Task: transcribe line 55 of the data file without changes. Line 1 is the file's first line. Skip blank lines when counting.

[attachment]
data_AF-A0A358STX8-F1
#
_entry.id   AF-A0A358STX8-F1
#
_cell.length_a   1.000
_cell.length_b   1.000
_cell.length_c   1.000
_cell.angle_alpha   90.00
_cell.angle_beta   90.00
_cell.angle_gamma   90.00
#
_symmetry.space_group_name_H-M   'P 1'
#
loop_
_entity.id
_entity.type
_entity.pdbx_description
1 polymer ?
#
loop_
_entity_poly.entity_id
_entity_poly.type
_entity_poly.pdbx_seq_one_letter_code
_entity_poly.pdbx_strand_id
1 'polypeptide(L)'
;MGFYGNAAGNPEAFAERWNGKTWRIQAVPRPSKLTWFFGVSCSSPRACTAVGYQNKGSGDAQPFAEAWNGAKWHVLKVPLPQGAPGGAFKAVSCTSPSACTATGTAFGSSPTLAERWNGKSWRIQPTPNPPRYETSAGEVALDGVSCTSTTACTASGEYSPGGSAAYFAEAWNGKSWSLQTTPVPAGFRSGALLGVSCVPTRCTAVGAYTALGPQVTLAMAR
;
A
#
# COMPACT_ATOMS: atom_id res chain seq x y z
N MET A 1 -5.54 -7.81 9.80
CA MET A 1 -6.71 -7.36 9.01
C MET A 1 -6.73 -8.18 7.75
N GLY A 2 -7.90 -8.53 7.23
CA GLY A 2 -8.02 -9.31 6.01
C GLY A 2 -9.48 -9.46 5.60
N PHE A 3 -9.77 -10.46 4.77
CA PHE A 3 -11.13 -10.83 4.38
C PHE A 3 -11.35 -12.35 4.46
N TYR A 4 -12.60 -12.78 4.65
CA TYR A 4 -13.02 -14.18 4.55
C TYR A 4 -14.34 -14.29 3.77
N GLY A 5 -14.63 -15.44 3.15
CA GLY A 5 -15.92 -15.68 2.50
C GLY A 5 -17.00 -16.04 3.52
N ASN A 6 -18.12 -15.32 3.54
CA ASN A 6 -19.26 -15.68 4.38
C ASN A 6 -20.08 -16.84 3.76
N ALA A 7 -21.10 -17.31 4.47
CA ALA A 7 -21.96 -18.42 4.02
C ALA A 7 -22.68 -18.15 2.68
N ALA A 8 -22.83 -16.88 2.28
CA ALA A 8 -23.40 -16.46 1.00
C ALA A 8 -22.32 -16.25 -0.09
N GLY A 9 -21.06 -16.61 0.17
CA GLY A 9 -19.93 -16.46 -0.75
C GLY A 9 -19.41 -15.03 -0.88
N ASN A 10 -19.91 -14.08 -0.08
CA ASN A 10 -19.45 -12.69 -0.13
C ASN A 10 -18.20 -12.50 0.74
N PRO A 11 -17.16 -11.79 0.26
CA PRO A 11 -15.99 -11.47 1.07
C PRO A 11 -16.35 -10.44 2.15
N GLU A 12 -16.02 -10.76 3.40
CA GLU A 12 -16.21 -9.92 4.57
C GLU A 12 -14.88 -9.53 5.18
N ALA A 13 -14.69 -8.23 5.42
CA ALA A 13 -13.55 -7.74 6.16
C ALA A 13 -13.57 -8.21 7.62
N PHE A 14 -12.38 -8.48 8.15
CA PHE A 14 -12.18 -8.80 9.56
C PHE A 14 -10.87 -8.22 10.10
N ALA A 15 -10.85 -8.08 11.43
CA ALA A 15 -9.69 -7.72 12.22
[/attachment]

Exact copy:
N GLY A 9 -21.06 -16.61 0.17